Upping Your Print Game: Part 3

In this blog post, I finish out a series on why you should give printed marketing materials a second look. If you’ve been focused largely on social media and digital advertising, now’s the time to consider adding printed materials to the mix. If you’re on the fence, check out this blog post for three reasons to consider print marketing. And if you’re concerned about the cost, read this post for tips on how to be smart and cost-effective with your printed marketing plan.

Now, for some real-life examples. Here are some printed materials I’ve created for clients.

Southeastern Wildlife Exposition

Thousands of people attend this event each February in Charleston. Many are repeat attendees – both locals and visitors – so a mailer is a great way to let people know what to expect in the coming year’s festival and how to get their tickets. This one is a self-mailer so it’s sealed on the bottom and eliminates the need (and cost) of a separate envelope. Plus, when it lands in mailboxes, people immediately see a beautiful image and the SEWE branding so they are more likely to open the piece. We also chose to do a vertical format to make it stand out more than a traditional tri-fold brochure.

Alhambra Hall

This sales brochure positions Alhambra Hall in Mount Pleasant as an ideal wedding venue. This printed brochure includes all the information a bride or wedding planner would need: a site map illustration, a map of the facility and surrounding property, pricing details and plenty of photos to showcase the venue. The design mimics a wedding invitation with its pearlescent paper that gives the piece a metallic sheen. And the cover has a registered emboss that makes it stand out and is similar to what you might find on a wedding invitation or ceremony program. The size of the piece is 4.625 x 11 inches tall and skinny – giving this printed piece an uncommon size and makes it stand out.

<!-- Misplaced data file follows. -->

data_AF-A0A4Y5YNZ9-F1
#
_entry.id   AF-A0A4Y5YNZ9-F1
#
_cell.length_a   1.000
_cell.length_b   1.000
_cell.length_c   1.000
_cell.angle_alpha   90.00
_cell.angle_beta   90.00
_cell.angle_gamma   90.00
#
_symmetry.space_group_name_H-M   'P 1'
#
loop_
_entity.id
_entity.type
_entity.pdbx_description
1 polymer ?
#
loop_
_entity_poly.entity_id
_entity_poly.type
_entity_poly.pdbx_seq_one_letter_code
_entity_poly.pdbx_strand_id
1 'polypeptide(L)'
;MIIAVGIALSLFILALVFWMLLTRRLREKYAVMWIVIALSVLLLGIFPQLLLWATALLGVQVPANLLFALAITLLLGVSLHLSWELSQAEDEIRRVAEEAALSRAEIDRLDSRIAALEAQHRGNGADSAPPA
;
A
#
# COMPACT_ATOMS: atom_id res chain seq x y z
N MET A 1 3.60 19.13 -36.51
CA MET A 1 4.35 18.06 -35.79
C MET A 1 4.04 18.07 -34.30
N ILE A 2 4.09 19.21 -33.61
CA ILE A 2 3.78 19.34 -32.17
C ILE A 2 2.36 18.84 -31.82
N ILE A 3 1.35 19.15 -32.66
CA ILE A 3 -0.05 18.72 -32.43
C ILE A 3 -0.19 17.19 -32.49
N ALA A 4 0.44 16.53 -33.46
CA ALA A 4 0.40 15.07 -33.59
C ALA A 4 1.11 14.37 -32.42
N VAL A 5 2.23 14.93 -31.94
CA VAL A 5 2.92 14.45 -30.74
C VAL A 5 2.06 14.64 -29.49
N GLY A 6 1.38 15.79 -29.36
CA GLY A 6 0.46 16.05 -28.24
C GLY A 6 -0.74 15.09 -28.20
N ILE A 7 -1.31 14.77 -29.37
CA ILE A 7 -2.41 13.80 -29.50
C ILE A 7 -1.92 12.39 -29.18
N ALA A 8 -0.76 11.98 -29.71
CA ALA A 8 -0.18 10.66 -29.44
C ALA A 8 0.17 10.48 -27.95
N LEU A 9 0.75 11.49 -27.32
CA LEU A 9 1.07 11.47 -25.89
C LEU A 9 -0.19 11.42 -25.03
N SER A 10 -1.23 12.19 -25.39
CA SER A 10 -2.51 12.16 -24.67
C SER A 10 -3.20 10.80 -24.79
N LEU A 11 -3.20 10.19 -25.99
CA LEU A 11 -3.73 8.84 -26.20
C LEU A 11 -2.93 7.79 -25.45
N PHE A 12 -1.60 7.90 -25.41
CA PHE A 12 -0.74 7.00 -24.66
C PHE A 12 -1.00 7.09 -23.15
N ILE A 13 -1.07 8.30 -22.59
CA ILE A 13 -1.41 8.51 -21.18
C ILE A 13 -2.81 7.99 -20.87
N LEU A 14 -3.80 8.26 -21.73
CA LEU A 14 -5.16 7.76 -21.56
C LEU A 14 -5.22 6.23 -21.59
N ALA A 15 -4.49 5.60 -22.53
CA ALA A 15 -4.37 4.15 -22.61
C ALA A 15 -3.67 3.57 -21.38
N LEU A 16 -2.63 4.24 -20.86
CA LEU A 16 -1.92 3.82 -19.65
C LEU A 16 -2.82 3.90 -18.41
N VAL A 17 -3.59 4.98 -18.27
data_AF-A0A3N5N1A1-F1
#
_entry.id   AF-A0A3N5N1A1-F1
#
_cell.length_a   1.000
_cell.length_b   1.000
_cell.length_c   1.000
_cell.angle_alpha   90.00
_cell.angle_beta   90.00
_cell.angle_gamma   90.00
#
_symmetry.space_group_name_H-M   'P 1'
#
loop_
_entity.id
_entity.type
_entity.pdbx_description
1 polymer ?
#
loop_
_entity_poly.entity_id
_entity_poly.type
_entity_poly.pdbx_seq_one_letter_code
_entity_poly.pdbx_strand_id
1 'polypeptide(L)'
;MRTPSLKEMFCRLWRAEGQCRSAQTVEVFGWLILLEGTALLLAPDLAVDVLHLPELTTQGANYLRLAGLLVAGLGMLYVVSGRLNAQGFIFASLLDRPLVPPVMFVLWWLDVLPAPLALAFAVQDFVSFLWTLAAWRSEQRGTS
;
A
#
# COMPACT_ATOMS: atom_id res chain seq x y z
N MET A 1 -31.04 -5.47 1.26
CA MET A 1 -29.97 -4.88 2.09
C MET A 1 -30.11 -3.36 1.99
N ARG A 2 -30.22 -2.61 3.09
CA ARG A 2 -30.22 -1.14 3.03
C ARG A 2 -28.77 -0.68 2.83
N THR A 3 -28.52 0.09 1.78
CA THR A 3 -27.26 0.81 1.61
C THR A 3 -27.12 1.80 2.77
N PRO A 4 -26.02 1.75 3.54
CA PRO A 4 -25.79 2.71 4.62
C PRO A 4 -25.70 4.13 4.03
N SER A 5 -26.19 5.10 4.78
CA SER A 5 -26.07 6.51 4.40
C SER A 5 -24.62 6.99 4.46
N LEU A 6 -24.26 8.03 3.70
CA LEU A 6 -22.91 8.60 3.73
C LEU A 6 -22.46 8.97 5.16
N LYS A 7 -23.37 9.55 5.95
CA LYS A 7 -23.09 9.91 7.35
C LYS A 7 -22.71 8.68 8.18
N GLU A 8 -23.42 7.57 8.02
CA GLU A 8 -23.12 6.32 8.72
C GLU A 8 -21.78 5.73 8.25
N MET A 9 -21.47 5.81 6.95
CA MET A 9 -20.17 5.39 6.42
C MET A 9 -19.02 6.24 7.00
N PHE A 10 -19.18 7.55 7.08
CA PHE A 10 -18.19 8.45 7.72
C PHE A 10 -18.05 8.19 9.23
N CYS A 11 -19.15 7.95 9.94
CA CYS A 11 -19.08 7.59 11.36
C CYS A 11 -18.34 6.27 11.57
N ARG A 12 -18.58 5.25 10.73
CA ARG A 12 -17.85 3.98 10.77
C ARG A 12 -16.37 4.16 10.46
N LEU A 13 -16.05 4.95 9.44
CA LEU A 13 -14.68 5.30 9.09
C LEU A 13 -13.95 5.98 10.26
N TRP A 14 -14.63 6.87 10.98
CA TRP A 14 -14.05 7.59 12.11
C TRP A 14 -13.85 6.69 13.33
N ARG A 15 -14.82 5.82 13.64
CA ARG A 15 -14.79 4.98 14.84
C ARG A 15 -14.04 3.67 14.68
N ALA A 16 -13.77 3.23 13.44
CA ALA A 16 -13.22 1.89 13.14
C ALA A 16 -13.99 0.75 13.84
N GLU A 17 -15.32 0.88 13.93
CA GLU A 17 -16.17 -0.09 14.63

Lowcountry Food Bank

Most nonprofit organizations produce an annual report as a way to showcase their good work, detail how they spent their donations and to recognize large sponsors and donors. Oftentimes, an annual report can run multiple pages, thus, driving up the printing costs. To make this Lowcountry Food Bank annual report both budget-friendly and readable, we opted for an oversized tri-fold brochure (10.5 inches x 5.5 inches). Keeping the piece shorter means you pick out the most critical items for print and then you can supplement with more details on your website if needed. Annual reports typically have stats and numbers so it’s important to present those in an impactful way. For this report, I presented the numbers in a pie chart shaped like an apple (apple pie chart?) matching the image of the apples on the cover.

Like I said, printed marketing collateral can be a great tool in your marketing toolkit. You might be surprised at the reaction you get from potential customers who appreciate the time and effort you put into giving them a tangible takeaway.

Have a great week,

sig

Upping Your Print Game: Part 2

Tips for Keeping Print Costs Down

flashing money symbols

In our last blog post, I gave you three reasons to add printed marketing materials to your strategy. You took my advice and paid a graphic designer to create a beautiful piece. Now that you’re ready to turn your PDF into a physical print piece, you may be concerned about the cost. I get it. I feel the same way when I print marketing materials for myself. The trick is to be smart when it comes to your printer and to create pieces with a long shelf life.

Here are five tips for keeping printed costs from busting the marketing budget:

1. Befriend local print shops. If you plan on printing several pieces over time, develop a relationship with a local printer. And don’t settle for the first salesperson you meet. Once you establish a face-to-face business relationship, you can more easily negotiate costs. Better yet, get a few local printers and get multiple quotes for each job.

2. Use quantity control. Do NOT overprint. I launched a kid’s book a couple years ago. To prepare for my launch, I ordered some 1000 beautiful promotional rack cards. I sold all my kid’s books. I still have ~983 beautiful rack cards. There is a savings for printing large quantities, but make sure you need them. If the savings is minor, print a smaller amount and then reprint as needed.

trees